Its outer shell is made from glutinous rice flour, and covered all over with white sesame seeds. Its filling is made from sweetened mung bean paste, and scented with jasmine flower essence.photo Traditionally, the filling should be separated from the shell so that if one shakes the bánh rán, one can feel the filling rattle against the inside of the shell.
Bánh rán is very similar to a Chinese fried glutinous rice ball called zin dou (煎道), which is a standard pastry in Cantonese cuisine and Hong Kong cuisine. The Chinese version is generally slightly sweeter and does not have jasmine essence, and uses fillings such as lotus paste or black bean paste.
In southern Vietnam, a similar dish, called bánh cam, is nearly identical to bánh rán, but does not contain jasmine essence. A further difference is that for bánh cam the filling does not need to be separated from the shell.. In Southern Vietnam bánh cam is different from bánh rán as the Northern version is traditionally eaten with a sugary syrup that is poured over the pastry.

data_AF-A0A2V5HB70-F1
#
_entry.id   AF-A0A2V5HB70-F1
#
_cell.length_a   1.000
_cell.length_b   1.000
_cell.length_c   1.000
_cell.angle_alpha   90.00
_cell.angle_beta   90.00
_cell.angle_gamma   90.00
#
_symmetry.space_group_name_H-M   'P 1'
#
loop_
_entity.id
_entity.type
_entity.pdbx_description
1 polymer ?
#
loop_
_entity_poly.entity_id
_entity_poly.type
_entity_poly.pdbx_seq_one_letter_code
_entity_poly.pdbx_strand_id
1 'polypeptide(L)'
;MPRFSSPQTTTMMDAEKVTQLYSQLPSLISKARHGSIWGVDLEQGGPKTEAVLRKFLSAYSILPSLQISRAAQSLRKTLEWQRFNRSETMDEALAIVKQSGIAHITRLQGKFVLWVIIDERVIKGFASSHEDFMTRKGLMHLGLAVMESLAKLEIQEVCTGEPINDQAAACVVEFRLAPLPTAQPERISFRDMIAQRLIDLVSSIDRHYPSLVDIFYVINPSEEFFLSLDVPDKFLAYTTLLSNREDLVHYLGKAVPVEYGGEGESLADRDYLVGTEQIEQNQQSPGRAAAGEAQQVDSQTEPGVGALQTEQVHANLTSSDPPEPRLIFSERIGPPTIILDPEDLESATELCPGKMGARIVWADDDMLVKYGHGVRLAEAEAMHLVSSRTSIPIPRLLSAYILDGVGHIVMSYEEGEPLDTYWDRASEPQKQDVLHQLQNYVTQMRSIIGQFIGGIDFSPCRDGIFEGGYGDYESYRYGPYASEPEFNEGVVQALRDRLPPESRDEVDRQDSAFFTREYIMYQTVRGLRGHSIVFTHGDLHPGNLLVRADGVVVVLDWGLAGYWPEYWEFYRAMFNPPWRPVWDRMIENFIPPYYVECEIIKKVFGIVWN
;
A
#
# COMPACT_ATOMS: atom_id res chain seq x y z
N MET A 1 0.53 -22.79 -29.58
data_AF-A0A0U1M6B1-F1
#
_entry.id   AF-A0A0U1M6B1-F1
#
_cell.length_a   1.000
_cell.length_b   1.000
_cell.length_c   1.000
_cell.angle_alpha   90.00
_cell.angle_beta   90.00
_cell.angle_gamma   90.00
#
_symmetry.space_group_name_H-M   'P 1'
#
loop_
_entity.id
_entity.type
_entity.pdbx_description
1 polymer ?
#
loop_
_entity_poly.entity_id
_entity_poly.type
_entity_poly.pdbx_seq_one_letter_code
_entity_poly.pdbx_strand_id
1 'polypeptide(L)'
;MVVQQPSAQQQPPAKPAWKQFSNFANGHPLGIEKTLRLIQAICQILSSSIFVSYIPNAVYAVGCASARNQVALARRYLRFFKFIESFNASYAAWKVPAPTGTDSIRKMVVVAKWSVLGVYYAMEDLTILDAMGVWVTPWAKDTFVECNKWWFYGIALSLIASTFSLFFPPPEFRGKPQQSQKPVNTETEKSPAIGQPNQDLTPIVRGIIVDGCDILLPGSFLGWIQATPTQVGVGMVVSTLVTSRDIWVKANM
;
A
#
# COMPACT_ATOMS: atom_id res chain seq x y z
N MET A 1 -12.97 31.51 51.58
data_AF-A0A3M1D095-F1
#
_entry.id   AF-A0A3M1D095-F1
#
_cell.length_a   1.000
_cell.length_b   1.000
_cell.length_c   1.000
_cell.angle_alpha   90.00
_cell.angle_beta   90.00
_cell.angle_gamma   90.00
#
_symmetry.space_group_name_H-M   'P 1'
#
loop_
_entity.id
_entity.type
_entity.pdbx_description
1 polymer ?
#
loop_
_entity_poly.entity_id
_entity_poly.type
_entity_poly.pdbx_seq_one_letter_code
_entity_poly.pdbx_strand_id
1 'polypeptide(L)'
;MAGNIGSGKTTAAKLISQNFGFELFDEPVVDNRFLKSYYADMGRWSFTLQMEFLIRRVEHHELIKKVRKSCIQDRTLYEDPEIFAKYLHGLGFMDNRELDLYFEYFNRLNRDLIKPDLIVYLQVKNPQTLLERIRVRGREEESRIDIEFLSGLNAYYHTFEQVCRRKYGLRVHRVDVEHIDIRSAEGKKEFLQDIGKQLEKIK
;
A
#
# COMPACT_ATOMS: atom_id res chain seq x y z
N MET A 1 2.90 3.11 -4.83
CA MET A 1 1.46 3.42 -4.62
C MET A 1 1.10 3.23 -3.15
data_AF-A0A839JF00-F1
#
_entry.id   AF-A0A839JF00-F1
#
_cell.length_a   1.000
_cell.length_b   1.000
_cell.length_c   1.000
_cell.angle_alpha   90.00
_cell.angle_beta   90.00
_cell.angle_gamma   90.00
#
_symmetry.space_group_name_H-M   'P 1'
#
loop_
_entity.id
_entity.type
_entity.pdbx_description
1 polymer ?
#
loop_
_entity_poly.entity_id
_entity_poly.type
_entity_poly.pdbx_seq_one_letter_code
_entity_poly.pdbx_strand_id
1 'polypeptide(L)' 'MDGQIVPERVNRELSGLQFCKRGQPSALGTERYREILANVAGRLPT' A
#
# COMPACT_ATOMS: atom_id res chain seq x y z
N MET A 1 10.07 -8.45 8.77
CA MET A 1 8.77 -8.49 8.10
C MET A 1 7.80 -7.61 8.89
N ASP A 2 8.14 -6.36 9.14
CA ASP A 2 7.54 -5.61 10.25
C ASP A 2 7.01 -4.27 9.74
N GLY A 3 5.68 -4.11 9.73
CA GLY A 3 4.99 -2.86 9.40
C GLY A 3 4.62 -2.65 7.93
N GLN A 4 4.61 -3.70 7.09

- Jacqueline Pham (18 July 2013). Banh Mi: 75 Banh Mi Recipes for Authentic and Delicious Vietnamese Sandwiches Including Lemongrass Tofu, Soy Ginger Quail, Sugarcane Shrimp Cake, and Honey-Glazed Beef. Adams Media. p. 20. ISBN 978-1-4405-5077-5.
|Wikimedia Commons has media related to Bánh rán.|
- Recipe & History: How To Make Bánh Cam / Bánh Ran
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